State Street in Eau Claire undergoing construction on multiple intersections

Local News

Construction on a portion of State Street in Eau Claire is in full swing with the road closed from Bartlett Court to the north side of Hamilton avenue. First News at Nine’s Carla Rogner has more on the latest updates to the project.

Lauren Becker, UW Eau Claire student: “We definitely want to make sure we are looking at safety first that is always going to be our main concern.”

With such a large construction project comes lots of opinions from community members.

Deputy City Engineer, Leah Ness says the city is looking for thoughts on how to handle right turns at State Street and Roosevelt in particular.

“One way is to use a physical sign you could have it be static or an active sign that would go black like a blackout sign and state no left turns during certain times of the day or an alternative is to restrict left turns by placing an island on Roosevelt.”

Ness says Thursday’s open house was helpful to get feedback on the designs.

Dan Motzing, “I favor restrictions during certain times just because there are times when there are no pedestrians”

The project includes roundabouts at three intersections on State Street.

“Roundabouts are a safer form of intersection reduce collision points and can handle more traffic because of the continuous flow.” Ness says the intersections will eventually be closed one at a time, but the city has adapted well to using the detours. “Traffic is kind of flowing out and finding alternative routes and we are still getting calls and trying to address them.”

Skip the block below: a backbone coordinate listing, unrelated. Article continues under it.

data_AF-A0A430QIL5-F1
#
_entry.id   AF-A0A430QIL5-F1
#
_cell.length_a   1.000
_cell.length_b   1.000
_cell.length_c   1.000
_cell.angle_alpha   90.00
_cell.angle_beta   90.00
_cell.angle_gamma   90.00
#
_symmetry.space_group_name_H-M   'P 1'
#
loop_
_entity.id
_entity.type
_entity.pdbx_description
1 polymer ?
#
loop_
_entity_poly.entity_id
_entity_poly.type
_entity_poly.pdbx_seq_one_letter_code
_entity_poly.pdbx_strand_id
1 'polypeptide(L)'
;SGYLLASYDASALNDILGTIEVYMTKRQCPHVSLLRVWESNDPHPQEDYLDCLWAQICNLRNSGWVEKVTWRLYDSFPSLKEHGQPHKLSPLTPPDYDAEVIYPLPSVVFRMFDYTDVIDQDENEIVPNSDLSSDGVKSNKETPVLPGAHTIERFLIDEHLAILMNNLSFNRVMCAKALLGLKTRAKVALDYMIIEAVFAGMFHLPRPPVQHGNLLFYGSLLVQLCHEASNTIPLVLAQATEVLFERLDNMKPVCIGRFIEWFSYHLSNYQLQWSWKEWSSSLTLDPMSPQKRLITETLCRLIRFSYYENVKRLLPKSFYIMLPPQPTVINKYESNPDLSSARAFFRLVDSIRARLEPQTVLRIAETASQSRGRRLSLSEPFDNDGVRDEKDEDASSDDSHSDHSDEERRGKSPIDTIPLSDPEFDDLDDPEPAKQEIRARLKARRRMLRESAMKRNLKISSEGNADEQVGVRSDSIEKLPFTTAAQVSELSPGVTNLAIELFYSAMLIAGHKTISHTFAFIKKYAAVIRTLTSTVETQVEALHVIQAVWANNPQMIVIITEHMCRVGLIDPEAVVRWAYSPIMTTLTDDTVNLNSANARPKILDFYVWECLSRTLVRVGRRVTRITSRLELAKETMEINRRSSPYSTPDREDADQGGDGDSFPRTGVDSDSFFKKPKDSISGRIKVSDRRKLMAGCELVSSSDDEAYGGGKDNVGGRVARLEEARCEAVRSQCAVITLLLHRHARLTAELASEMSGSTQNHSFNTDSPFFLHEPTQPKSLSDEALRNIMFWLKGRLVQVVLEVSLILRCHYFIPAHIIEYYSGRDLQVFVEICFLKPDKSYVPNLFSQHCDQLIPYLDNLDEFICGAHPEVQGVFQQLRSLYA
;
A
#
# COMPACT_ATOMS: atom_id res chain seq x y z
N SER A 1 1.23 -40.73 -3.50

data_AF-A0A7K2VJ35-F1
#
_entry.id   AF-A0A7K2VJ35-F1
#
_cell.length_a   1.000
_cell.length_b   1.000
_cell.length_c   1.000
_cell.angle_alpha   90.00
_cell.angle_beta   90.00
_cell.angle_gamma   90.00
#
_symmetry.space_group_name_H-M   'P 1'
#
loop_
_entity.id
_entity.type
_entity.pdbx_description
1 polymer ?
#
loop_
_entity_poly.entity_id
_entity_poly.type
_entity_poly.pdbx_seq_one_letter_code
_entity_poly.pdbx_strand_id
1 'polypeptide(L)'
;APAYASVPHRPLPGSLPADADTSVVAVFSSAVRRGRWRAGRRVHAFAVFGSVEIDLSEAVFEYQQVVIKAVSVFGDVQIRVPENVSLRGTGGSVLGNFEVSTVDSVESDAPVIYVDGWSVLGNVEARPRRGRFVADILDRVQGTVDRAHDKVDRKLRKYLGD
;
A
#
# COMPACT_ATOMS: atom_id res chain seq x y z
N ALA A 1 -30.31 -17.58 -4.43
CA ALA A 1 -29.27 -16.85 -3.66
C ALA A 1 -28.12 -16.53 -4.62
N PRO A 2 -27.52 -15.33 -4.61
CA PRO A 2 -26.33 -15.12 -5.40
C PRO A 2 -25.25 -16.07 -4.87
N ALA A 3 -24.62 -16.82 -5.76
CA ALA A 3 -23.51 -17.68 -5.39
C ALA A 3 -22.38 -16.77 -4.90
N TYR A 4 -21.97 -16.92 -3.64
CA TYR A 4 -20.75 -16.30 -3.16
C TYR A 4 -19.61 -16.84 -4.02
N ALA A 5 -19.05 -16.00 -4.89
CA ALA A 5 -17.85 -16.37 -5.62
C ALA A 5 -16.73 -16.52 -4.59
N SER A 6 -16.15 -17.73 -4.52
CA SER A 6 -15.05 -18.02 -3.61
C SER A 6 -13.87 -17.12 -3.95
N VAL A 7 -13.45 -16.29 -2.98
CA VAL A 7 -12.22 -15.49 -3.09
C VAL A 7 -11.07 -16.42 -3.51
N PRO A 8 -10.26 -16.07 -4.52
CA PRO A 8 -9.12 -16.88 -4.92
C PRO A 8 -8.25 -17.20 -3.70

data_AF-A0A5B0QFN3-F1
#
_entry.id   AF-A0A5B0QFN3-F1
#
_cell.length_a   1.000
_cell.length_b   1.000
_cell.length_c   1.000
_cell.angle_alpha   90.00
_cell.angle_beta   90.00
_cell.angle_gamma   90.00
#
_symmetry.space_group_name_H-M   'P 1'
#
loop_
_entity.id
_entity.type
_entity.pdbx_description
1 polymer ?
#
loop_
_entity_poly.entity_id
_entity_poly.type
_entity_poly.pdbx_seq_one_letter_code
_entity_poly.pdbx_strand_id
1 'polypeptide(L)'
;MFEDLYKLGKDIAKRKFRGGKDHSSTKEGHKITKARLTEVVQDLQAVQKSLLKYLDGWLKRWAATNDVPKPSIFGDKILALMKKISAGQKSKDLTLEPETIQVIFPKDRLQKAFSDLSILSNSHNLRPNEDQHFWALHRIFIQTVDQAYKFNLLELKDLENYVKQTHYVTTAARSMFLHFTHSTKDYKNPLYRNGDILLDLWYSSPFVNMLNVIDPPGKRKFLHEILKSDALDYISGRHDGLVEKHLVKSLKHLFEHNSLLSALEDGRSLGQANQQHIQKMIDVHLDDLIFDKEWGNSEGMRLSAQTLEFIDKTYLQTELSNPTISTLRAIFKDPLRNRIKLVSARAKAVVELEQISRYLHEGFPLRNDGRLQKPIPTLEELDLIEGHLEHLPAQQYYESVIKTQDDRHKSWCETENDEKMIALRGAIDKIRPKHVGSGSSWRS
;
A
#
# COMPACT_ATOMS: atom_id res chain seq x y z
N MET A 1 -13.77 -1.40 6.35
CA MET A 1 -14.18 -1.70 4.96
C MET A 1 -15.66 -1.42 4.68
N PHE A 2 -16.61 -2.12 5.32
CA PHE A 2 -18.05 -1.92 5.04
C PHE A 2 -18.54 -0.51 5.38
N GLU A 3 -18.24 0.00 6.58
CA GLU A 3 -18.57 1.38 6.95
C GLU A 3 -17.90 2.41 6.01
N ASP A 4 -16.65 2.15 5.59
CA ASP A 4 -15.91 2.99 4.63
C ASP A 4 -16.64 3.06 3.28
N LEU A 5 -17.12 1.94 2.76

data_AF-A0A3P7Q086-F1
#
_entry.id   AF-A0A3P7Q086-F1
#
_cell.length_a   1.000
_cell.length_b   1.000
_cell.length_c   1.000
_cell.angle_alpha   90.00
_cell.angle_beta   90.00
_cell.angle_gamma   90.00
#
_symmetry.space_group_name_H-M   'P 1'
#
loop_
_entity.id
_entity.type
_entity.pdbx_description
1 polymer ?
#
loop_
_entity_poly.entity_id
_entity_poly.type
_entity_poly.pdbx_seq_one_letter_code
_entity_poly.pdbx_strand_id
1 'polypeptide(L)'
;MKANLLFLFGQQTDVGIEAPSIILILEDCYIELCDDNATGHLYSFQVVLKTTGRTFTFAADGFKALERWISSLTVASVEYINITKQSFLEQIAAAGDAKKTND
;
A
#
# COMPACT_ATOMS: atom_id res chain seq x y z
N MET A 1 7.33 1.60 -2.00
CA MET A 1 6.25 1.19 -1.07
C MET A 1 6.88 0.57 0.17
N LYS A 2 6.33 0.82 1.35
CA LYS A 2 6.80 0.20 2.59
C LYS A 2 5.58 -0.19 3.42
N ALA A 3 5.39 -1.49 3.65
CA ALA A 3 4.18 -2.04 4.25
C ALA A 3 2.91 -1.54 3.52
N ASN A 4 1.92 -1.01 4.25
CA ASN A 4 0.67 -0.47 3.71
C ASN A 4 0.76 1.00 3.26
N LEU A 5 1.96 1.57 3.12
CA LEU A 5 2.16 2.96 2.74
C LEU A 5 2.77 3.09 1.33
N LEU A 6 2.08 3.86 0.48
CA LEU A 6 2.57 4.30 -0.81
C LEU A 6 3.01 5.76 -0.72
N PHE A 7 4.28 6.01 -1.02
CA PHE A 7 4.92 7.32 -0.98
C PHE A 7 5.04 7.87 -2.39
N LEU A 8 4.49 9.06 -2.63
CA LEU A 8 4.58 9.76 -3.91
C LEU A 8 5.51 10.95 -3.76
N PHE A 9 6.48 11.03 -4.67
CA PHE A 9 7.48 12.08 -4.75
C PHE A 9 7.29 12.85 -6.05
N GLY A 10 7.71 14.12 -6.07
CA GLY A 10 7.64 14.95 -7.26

While construction can be frustrating for everyone it also offers challenges to emergency services like Fire Station #5 which sits at the edge of the construction site.

“We will use alternate routes to respond to any emergencies.” However, Deputy Fire Chief, Allyn Bertrang says the station is prepared to handle the construction. “Our firefighters know the streets of Eau Claire very well and study them on a regular basis. We find alternate routes and we respond accordingly.”

Ness says when the project is complete community members can look forward to buffered bike lanes, wider sidewalks, and safer crosswalks.

“I think the citizens are understanding that we’re trying to come to a common ground. Not everyone will get exactly what they wanted but we are going to make it as safe as possible.”

The final design for the project will be voted on at a public hearing at 7pm on July 8th in front of city council. People can still share ideas with the engineering department or city council until then.

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